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Friction - conceptually confused!

  1. Jun 7, 2012 #1
    1. The problem statement, all variables and given/known data

    a 2 kg block rests on a horizontal frictionless surface, and is initially at rest. a 1 kg block rests on top of the 2kg and initially moving at v=3m/s (to the right). the coefficients of friction between he two blocks are MUs=.2 and MUk=.1 . A force is applied to the top block such as to keep it always moving at the same velocity. you can assume the top block never falls off the bottom block. what will the bottom block do?

    the answer is always move at a constant speed to the right.

    i dont understand this. i know friction exists between the top and bottom block, but how does that get the bottom block to move with the top block to the right. I generally believed friction acts in the opposite direction of which the force is applied?

    if it would help, i can post a picture

    thanks
     
  2. jcsd
  3. Jun 7, 2012 #2

    Doc Al

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    Staff: Mentor

    I guess I don't understand the problem. Are the two blocks moving together? Is the top block sliding along the bottom block? Why is a force needed to keep the blocks moving on a frictionless surface?

    Sure, post a picture.
     
  4. Jun 7, 2012 #3
    see the pics-

    thanks
     

    Attached Files:

  5. Jun 7, 2012 #4

    Doc Al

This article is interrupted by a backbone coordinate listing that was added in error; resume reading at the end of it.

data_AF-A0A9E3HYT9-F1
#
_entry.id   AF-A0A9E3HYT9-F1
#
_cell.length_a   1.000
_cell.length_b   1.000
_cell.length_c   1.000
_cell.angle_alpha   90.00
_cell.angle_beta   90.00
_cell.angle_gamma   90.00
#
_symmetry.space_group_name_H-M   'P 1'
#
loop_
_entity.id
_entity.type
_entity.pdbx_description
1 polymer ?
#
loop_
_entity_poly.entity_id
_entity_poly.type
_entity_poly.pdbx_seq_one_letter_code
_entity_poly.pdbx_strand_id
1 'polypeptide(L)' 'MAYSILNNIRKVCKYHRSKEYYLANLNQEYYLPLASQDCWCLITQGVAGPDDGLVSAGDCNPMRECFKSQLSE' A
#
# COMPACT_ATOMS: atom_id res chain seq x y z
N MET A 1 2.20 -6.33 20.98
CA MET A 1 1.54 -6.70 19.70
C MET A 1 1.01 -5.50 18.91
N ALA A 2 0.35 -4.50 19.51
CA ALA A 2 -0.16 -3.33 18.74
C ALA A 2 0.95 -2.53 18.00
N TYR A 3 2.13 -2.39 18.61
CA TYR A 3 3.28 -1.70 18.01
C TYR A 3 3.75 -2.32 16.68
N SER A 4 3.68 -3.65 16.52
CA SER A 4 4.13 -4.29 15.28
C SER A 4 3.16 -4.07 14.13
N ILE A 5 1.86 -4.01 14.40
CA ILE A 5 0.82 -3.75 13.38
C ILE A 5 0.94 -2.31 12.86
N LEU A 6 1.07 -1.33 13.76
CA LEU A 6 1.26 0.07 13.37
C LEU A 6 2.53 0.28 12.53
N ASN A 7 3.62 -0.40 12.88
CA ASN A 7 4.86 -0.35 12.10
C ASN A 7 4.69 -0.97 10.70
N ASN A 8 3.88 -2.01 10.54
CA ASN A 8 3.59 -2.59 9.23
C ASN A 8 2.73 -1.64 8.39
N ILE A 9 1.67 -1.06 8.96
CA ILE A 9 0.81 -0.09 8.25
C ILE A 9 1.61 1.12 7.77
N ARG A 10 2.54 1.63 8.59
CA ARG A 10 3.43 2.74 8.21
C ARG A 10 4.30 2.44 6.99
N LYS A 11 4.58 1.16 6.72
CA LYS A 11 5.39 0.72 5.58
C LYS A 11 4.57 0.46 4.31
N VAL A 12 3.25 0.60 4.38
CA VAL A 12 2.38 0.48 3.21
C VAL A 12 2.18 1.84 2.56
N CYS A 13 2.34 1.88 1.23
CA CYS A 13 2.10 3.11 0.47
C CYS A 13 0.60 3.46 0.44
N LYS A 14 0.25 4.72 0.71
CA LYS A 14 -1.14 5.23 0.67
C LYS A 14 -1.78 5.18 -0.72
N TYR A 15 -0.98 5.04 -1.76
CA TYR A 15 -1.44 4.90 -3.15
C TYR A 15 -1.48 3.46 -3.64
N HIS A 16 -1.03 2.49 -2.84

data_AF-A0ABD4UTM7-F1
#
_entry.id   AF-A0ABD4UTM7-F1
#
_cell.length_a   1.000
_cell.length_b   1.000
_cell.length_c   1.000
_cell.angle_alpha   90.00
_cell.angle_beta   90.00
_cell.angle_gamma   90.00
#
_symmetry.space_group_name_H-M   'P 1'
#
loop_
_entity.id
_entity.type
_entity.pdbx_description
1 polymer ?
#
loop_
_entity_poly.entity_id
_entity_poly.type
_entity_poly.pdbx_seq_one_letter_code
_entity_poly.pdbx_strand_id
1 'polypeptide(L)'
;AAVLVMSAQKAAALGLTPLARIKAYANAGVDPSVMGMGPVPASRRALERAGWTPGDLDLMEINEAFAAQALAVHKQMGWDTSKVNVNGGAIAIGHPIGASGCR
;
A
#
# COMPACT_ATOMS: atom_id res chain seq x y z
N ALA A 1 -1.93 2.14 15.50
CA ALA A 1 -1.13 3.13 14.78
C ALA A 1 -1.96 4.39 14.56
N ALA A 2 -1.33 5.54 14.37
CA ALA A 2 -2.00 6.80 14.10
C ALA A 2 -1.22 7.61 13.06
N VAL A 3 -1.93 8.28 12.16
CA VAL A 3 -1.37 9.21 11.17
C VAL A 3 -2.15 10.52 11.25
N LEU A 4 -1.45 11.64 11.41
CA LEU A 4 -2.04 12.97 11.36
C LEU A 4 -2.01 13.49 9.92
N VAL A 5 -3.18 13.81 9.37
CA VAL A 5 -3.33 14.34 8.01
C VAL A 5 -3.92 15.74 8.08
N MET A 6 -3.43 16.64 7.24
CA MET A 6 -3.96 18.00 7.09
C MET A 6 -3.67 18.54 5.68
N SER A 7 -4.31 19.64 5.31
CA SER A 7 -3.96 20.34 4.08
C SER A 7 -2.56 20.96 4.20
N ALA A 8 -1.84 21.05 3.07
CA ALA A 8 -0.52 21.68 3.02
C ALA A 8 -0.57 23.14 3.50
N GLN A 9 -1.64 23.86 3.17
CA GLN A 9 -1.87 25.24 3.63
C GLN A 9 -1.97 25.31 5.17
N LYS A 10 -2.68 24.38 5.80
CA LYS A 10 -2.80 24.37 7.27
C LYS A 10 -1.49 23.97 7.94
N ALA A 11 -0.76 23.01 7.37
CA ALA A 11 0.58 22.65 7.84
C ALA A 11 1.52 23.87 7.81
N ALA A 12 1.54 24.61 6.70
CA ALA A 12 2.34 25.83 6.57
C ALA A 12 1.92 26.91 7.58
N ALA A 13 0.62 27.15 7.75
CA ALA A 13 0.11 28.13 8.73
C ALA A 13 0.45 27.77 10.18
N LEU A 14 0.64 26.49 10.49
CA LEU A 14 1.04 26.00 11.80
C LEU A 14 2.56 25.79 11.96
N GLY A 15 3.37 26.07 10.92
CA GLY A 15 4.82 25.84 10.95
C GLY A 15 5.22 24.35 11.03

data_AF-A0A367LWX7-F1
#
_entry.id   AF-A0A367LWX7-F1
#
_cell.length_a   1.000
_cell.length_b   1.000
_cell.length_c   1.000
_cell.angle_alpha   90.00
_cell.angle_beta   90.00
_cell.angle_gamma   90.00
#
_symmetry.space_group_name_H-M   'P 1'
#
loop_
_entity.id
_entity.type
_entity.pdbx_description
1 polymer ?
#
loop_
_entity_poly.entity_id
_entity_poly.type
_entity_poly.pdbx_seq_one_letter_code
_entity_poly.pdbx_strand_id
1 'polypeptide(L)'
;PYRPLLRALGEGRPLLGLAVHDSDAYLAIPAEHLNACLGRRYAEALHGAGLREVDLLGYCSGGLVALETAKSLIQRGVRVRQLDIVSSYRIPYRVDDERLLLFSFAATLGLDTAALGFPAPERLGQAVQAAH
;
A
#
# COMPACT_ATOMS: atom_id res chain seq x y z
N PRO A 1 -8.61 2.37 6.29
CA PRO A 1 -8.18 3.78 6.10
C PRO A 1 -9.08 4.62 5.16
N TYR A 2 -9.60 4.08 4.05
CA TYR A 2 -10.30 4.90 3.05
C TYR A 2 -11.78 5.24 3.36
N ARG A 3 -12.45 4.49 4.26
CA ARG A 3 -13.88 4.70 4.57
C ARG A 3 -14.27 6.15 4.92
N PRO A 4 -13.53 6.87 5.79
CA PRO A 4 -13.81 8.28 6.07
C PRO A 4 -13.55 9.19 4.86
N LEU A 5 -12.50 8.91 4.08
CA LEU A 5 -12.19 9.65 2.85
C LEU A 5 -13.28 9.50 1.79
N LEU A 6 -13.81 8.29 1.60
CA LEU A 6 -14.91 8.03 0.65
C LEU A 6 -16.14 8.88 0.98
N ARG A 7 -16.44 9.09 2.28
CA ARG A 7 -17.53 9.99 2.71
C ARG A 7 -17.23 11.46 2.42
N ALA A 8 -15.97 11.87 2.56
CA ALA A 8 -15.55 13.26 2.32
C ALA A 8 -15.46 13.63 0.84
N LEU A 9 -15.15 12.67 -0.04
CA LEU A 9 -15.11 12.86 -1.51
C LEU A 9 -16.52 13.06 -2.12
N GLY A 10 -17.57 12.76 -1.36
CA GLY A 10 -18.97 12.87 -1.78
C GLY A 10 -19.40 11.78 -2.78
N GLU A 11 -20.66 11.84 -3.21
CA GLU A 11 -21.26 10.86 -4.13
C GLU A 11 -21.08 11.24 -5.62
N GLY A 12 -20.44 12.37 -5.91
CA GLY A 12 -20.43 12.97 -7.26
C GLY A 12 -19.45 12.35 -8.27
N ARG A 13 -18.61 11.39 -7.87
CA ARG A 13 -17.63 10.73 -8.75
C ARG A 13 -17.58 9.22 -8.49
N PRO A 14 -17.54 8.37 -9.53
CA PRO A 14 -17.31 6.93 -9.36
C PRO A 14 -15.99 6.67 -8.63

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    Staff: Mentor

    Friction acts to prevent or oppose slipping between surfaces. If the top block is pushed to the right, the friction from the bottom block will push to the left. And if the bottom block exerts a friction force on the top block, then the top block will exert an equal and opposite friction force on the bottom block--to the right, in this case.

    That said, I still don't understand the problem.
     
  6. Jun 7, 2012 #5

    ehild

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    Homework Helper
    Gold Member

    A free-body diagram always helps...
    The external force and friction from the bottom block act on the top block. The top block does not accelerate, so the kinetic friction is balanced by the external force.
    Only friction from the top block acts on the bottom block. It accelerates till it reaches the speed of the top block when the friction becomes static.

    ehild

    (Edited)
     
    Last edited: Jun 7, 2012
  7. Jun 7, 2012 #6
    It is just a relative motion.
    To the block below, there's a motion to the left relative to the above block(to the right).
    Thus static frictional force is in direction of the top block. Not in direction as you assume.
    The static friction will balance this until acceleration greater than μsg.
     
    Last edited: Jun 7, 2012
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